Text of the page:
Specifically, the all too common adversarial relationship between manager and managed has to change. A relationship of trust has to exist between the two. It must be developed on the basis of mutual respect and quality communication [6]. This takes some work. It also takes some discipline on the part of both parties. Consequently, there is often significant resistance to the prospect of performing this change. Nevertheless, when people finally take that step, it usually turns out quite well indeed for all parties concerned. Still, this resistance to change, to uncertainty, to a relationship of trust, is the primary barrier to the expansion of telecommuting. With ever-improving technology, increased workplace flexibility benefits both employees and employers. Employees see work-at-home as a means by which to balance work and family responsibilities, while


employers see it as a way to meet employee needs, improve morale, retain valuable employees, and improve productivity.

Factors influencing telecommuting Although a number of factors will influence the future if telecommuting, technology may be the most important, because of its direct link to telecommuting and because it underlies trends in many other factors also affecting telecommuting [3]. Technology is related to telecommuting in two ways: it provides the means by which telecommuters communicate with and stay linked to the office, and it may provide the means by which telecommuters get their work done while at home. Technology has always been important in fulfilling the first function and is increasingly fulfilling the second function as well. The technology used depends on the nature of work that is done at home. Cost is a critical issue, however, in that it determines how widely available the new technologies will be [3]. If technological improvements are not affordable to the employer or employee, they will have little impact on telecommuting. For the most part, the cost of telecommunications and computer equipment has been declining, but telecommunications charges, which are based on volume, have not. Who will pay these costs – the employer or the employee? Employers may be reluctant to pay for computing equipment for employees who telecommute only one or two days per week, since they are already supplying such equipment in the office. If costs decline, this issue will have less of an impact. In the meantime, if the employer chooses not to pay for needed equipment, the employee may not have the choice to telecommute, particularly if the employee is on the low end of the wage scale. Computer and peripheral manufacturers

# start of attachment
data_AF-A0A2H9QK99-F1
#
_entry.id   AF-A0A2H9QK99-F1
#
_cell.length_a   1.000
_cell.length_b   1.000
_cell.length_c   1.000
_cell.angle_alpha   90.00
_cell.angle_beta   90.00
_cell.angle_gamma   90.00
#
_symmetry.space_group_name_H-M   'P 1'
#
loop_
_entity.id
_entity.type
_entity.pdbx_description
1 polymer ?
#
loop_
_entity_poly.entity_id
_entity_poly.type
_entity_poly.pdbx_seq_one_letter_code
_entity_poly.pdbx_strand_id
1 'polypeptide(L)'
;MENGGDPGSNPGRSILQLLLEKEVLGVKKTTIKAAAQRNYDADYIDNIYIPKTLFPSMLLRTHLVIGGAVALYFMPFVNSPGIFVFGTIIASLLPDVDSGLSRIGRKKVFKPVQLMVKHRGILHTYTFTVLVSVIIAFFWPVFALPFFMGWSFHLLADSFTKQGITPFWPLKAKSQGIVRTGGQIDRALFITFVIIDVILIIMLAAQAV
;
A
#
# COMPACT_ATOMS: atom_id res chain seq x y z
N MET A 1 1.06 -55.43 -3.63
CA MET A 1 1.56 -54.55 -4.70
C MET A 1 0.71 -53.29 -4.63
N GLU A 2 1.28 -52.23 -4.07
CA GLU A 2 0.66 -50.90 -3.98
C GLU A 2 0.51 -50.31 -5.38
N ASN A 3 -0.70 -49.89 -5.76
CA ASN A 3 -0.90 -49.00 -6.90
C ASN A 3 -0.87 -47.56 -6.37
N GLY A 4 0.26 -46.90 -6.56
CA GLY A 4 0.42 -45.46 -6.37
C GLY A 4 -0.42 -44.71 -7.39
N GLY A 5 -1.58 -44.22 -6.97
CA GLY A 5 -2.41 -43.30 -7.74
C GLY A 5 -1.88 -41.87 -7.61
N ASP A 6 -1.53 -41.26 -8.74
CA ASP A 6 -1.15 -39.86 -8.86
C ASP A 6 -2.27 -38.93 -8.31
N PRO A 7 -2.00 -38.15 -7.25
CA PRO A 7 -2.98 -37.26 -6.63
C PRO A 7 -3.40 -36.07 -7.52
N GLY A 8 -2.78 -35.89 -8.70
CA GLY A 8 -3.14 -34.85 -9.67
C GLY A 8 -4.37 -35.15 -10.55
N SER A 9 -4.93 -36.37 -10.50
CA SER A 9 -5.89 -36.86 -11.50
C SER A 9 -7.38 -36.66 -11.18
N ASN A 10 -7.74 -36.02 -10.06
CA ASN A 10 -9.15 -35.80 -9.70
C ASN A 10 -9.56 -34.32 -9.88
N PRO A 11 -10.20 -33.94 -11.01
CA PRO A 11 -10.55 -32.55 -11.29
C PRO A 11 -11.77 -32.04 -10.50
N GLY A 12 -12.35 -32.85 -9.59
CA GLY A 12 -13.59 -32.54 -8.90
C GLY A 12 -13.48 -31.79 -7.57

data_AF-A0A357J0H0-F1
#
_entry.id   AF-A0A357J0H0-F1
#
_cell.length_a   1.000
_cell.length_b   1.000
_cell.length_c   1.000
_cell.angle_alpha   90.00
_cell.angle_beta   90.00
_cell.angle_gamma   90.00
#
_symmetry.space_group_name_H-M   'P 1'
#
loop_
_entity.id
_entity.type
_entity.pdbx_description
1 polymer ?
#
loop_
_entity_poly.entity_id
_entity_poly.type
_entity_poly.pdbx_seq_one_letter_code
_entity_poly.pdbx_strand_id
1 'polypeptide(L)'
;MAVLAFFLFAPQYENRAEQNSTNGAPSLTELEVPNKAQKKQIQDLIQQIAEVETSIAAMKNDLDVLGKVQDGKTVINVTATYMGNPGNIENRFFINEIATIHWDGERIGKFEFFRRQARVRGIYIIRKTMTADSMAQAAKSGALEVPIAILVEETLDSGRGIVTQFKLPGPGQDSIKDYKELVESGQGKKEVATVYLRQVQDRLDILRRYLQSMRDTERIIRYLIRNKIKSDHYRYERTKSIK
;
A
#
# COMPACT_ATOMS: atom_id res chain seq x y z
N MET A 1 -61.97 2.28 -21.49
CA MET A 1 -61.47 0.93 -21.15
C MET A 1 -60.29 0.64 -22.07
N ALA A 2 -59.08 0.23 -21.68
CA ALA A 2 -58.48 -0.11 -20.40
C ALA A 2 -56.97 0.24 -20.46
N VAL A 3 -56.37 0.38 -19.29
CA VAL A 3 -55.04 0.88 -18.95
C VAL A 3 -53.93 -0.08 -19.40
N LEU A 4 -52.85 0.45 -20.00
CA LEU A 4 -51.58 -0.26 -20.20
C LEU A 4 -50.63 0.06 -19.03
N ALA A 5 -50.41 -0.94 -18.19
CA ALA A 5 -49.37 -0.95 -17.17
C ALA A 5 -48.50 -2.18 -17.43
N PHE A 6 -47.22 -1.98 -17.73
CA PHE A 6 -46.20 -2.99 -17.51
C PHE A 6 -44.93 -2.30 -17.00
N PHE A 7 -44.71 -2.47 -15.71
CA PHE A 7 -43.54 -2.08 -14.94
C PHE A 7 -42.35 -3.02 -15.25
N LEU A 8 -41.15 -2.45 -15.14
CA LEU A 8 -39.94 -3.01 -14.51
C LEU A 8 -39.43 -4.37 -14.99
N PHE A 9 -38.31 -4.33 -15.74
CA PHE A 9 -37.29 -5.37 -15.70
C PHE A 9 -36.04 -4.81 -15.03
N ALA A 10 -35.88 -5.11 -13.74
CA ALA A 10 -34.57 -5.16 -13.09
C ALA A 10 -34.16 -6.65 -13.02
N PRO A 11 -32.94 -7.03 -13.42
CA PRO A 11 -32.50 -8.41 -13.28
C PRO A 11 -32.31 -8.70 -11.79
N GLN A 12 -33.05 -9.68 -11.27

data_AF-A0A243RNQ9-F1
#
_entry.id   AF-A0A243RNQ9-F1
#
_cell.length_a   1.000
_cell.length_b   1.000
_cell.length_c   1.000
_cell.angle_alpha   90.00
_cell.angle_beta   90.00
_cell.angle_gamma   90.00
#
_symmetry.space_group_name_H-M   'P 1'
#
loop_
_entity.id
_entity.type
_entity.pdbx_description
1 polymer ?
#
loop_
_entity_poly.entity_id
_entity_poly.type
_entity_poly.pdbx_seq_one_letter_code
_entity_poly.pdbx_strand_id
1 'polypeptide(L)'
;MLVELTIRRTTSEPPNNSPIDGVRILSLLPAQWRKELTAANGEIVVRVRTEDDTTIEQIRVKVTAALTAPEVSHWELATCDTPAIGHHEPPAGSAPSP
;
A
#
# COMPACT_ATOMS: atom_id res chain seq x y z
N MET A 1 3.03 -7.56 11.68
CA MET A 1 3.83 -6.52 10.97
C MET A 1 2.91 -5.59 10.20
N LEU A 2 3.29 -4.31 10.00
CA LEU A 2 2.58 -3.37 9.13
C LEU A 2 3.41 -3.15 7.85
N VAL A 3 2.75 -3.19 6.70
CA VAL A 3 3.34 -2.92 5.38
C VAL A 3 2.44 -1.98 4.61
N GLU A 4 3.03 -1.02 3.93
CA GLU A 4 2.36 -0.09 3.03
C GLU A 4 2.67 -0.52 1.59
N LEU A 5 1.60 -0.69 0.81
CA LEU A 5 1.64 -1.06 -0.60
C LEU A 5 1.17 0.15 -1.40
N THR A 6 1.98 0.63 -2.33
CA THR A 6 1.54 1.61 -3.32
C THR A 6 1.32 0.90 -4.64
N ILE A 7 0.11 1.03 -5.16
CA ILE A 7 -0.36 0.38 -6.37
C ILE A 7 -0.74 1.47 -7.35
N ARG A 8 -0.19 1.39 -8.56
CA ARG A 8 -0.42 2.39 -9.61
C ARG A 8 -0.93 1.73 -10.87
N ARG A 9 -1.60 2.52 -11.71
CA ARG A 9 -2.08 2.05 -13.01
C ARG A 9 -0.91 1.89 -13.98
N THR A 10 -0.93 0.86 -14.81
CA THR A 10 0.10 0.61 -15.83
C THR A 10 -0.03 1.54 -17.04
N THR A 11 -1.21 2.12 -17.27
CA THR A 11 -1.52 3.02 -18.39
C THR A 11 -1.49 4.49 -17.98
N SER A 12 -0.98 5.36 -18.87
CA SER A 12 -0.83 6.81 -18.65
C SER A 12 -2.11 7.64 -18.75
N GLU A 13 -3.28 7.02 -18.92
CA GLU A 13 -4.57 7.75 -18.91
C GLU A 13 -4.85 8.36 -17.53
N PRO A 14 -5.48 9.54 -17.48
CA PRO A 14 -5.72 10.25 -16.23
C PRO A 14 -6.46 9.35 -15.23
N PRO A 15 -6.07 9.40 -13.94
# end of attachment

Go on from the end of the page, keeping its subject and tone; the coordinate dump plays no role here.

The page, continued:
and software developers are now developing products specifically targeted to home workers [4]. Products such as Shiva’s LAN Rover, a remote network server, facilitates telecommuting by allowing multiple users to dial in and connect to a central network over standard phone lines, and then work exactly as if they were in the office [4]. This technology also improves network security, another issue that may affect telecommuting. The industry is now pushing a high-technology definition of telecommuting.

Impacts of telecommuting The business environment is changing in ways that may help to support telecommuting. One obvious concern is with costs. Although businesses may recognize the social and environmental benefits of telecommuting, the potential of telecommuting to reduce costs and even increase productivity is the key to increased interest in telecommuting [5]. Links between the use of a contingent workforce and telecommunications technology also have important implications. Telecommunications technology is facilitating the creation of armies of intellectual mercenaries, that is, consultants who make their living doing short-term projects for companies via the computer network. As companies become accustomed to a dispersed and relatively autonomous workforce, they may become more comfortable with telecommuting. Technology is clearly driving many changes within the corporation. With computer networks, information becomes widely available at all levels of the organization. This works to increase both decentralization, because lower level employees can know more than before, and centralization, because managers can more easily keep tabs on employees. Research has revealed that telecommuting can improve productivity and